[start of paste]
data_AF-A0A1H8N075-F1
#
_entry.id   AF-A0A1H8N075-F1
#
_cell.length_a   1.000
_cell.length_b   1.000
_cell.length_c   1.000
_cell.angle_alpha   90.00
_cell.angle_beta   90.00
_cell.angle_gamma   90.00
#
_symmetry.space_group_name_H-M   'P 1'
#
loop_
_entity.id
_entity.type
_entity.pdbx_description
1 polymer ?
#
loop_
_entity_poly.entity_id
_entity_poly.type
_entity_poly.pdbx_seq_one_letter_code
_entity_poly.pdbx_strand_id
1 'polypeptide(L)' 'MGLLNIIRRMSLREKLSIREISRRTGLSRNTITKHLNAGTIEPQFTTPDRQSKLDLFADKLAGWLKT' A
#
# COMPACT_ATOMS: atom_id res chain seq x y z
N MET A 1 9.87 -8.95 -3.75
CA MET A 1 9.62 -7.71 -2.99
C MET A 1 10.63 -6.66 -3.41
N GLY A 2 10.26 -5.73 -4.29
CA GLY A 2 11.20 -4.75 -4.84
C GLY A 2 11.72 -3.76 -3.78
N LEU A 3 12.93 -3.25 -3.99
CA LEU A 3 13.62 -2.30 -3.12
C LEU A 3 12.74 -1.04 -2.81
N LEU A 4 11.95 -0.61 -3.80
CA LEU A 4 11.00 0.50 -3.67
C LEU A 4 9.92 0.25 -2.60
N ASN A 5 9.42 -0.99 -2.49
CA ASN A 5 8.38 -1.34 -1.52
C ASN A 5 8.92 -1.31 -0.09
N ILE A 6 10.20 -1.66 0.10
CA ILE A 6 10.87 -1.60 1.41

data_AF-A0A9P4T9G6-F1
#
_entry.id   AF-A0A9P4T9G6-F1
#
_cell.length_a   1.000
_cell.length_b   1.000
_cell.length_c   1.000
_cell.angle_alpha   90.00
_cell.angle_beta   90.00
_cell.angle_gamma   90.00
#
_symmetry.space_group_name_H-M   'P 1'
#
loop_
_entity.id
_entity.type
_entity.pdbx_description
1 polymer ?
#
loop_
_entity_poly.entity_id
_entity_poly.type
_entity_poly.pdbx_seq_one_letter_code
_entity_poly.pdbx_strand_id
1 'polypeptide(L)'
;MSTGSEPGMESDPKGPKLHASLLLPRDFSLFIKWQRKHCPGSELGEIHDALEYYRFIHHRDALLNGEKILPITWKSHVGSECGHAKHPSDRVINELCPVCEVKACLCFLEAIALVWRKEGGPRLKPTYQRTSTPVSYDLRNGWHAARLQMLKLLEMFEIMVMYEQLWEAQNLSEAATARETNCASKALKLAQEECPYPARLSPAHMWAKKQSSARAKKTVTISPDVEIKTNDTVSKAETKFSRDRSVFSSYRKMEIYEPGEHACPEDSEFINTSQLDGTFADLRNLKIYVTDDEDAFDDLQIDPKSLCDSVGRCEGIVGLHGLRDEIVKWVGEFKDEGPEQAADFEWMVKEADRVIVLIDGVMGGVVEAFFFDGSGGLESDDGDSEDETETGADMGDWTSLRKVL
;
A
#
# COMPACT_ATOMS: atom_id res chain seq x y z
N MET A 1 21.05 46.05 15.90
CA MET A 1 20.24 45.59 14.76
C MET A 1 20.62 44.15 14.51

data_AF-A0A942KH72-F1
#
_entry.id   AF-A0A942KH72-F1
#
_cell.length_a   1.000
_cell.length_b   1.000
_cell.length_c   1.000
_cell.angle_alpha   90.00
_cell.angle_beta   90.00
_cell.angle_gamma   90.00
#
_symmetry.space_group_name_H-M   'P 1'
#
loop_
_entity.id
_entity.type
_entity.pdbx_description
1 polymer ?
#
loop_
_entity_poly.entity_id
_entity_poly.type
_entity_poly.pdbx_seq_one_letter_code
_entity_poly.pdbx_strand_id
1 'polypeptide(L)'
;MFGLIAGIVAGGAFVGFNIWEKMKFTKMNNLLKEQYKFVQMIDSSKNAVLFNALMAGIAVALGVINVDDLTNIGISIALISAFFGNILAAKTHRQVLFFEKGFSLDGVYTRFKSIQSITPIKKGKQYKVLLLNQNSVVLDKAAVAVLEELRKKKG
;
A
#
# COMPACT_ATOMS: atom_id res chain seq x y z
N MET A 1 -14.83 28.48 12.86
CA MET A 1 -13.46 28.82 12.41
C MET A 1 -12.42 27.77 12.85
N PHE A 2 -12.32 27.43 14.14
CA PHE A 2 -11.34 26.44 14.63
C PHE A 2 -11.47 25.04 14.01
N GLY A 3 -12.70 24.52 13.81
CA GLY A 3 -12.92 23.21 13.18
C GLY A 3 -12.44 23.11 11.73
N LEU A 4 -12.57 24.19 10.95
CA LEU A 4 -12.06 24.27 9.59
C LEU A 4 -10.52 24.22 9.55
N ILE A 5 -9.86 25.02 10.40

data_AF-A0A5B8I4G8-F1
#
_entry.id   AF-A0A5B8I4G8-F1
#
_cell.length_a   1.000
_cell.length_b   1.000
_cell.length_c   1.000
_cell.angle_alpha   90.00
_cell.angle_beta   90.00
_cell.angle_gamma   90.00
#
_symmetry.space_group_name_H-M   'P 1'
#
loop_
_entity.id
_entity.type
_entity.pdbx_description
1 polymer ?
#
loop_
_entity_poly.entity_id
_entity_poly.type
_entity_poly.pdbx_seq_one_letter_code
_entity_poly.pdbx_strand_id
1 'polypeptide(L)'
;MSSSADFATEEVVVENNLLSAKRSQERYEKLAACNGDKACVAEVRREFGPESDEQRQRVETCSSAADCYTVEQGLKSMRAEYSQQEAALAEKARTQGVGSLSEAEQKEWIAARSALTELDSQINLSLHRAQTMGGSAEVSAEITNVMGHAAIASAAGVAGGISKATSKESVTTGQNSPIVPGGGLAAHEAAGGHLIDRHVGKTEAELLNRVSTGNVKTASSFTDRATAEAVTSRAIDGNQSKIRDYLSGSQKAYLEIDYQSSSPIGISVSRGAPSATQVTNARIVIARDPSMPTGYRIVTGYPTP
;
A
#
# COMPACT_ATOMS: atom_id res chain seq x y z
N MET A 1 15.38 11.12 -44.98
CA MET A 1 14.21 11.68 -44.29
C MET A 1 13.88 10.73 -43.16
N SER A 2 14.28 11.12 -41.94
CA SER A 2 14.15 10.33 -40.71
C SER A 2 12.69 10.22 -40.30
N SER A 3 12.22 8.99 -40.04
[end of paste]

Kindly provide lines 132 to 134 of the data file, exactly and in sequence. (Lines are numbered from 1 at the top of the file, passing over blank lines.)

_symmetry.space_group_name_H-M   'P 1'
#
loop_